The following interview is sponsored by Fallen, a short film directed by Dan Marcus.
Christopher Nolan’s exceptional take on the Batman franchise has left an indelible impression on moviegoers as well as filmmakers for its realistic, gritty, and back-to-basics approach. It has inspired legions of Batman fanfilms across the Internet to be made in the vein of Nolan’s vision, but here we have something different: We have an original superhero story done in the vein of Christopher Nolan’s inspired vision for The Dark Knight.
With Fallen, a superhero short film co-written, co-produced and directed by Dan Marcus, it strives to take an authentic and believable look at superheroes. Fallen is the story of beloved hero Ephraim (Brian Kavanaugh), who abandons the city he swore to protect. When a mysterious catastrophe rocks the city of Chicago, he must face the scared citizenry that cries out for his return, including a lone police officer (Errol McLendon), a tough vigilante (Andrew Staton), and a terrified boy (Harrison Boxley). Most of all, he must face Bethany (Heather Tyler), who may or may not be the villainness pulling the strings of Ephraim’s heart and the devastation that might annihilate the city.
Shot in some of the same locations Chris Nolan shot The Dark Knight, and using some of the same crew members who had worked on that film, it has a gritty, realistic feel and an emphasis on story and character over flashy visual spectacle. Batman-News.com got a chance to sit down with writer-director Dan Marcus and discuss how he came about making the superheroic world of Fallen.
Batman-News: You have directed this superhero short film, entitled “Fallen”. Tell us how you came up with this idea?
Dan Marcus: Well, I’ve always been a big comic-book aficionado. I grew up on comic-books and I view them as this sort of modern mythology. The great thing about comic-books, and what makes them so unique as an entertainment medium, is that they are so different than film or television. You can really absorb a comic-book unlike anything else, including any sort of normal piece of literature, because you can go back and re-explore a panel or a piece of dialogue in a way you really can’t with film. Certain moments are captured so succinctly and so incredibly with a well-drawn image… it’s like those moments are captured in time. Anyway, my uncle was a big comic-book enthusiast, and he had practically thousands and thousands of comic-books that he collected from when he was a child, and when I was young he sat me down and introduced me to some of the best comic-books out there. You know, the Batman comics of the 70′s, when Denny O’Neil and Neal Adams did things, to the Frank Miller era of comics with The Dark Knight Returns and Batman: Year One, and it really made an impression on me. I remember reading through an old vintage Batman comic- I think it was the September 1939 issue of Detective Comics – that he had somehow obtained, and I was just blown away. I’ll never forget sitting down for the first time and reading through Jeph Loeb and Tim Sale’s The Long Halloween. I mean, my love for comics even went deeper than my love for Batman, like the first time I read Chris Claremont’s The Dark Phoenix Saga or Alan Moore’s Watchmen. All those stories inspired Fallen to some degree or another. I also grew up watching superhero movies, like Tim Burton’s Batman and Richard Donner’s Superman: The Movie, and when I got up early every Saturday morning, I would watch Batman: The Animated Series. I had done a short film prior to this called Wake, and I knew going into my second short film that I wanted it to be bigger and more epic in scale and scope, and so naturally I decided to do a superhero film. I’m always looking for a challenge, and Wake was a quiet, introspective drama, and even though I love dramas, I have a fond adoration for big action films. I grew up on Star Wars and Indiana Jones and I practically came out of the womb with a love for Burton’s Batman. As a matter of fact, I still have this old Batman VHS that I got probably when I was first born, and I still have an old VHS player, and despite the fact that the video is scratchy and old, sometimes I’ll put on that old VHS tape and watch Batman. I had actually toyed with the idea of doing a Batman fanfilm for the longest time, out of my sheer love for the Batman character, but instead I decided to do something original. I’m a big fan of Christopher Nolan’s take on the Batman universe and so I devised an original superhero that would have the sort of naturalistic feel of Nolan’s Batman. Fallen is basically my homage to Batman, so I guess I can’t really tout this as too original.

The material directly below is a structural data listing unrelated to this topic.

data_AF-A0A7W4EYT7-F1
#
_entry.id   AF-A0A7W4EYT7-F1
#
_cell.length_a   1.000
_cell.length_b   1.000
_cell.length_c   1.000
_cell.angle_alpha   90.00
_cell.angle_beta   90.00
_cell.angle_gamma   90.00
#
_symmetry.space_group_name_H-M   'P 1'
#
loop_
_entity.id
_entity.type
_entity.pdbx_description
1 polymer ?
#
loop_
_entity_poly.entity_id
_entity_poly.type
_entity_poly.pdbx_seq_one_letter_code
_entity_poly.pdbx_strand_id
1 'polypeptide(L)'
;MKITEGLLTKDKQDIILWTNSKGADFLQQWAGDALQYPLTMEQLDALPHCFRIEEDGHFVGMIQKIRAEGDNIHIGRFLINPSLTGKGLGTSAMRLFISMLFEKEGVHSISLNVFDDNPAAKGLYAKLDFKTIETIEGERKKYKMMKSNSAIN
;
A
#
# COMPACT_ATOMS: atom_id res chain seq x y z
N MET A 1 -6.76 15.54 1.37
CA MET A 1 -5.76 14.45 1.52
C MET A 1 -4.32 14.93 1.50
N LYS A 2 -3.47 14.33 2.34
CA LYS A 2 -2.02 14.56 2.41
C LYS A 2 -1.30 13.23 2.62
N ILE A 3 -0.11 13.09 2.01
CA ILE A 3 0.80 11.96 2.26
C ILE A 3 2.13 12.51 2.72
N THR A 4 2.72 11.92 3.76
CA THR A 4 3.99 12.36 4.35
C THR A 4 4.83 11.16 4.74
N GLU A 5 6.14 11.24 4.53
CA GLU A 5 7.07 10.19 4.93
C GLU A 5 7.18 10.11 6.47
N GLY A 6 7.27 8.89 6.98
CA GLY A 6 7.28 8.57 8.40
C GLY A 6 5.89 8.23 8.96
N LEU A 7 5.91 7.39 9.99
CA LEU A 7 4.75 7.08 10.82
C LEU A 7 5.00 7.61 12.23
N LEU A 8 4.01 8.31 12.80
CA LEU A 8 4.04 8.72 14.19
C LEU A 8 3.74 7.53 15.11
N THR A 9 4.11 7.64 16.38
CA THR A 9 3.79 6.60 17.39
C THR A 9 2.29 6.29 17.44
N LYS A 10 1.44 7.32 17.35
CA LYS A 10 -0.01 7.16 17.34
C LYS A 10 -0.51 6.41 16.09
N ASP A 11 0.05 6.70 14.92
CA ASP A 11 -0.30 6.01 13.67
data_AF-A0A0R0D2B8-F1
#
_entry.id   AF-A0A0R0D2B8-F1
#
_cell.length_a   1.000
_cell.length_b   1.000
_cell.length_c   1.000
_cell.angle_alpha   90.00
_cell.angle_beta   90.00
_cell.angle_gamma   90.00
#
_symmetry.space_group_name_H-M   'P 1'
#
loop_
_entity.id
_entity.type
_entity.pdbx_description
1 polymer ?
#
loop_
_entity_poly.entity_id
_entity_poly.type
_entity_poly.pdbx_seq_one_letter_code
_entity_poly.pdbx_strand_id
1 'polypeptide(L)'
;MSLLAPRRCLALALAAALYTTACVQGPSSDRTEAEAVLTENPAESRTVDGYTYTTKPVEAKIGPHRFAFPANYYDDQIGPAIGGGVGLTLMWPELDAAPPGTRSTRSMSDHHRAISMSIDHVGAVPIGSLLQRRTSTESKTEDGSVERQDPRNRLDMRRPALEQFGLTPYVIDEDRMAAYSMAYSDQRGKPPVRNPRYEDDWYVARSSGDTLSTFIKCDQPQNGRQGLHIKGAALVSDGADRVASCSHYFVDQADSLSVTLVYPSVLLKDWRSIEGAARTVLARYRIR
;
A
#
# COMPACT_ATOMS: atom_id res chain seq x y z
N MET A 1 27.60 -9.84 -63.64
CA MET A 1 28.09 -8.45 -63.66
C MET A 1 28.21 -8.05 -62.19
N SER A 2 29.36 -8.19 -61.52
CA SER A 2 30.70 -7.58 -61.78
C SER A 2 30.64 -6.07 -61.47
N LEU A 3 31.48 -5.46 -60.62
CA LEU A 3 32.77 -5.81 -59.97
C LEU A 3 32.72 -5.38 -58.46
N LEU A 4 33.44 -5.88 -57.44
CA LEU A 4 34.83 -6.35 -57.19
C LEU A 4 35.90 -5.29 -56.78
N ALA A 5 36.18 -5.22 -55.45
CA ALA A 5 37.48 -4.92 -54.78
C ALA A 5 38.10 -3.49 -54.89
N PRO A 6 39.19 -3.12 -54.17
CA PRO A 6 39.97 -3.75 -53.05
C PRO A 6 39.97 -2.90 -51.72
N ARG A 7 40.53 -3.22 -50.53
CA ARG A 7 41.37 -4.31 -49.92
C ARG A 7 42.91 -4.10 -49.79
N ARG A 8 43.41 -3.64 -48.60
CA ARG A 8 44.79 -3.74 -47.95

Batman-News: You said you are a fan of Christopher Nolan. Is it safe to say his work influenced “Fallen” in any capacity?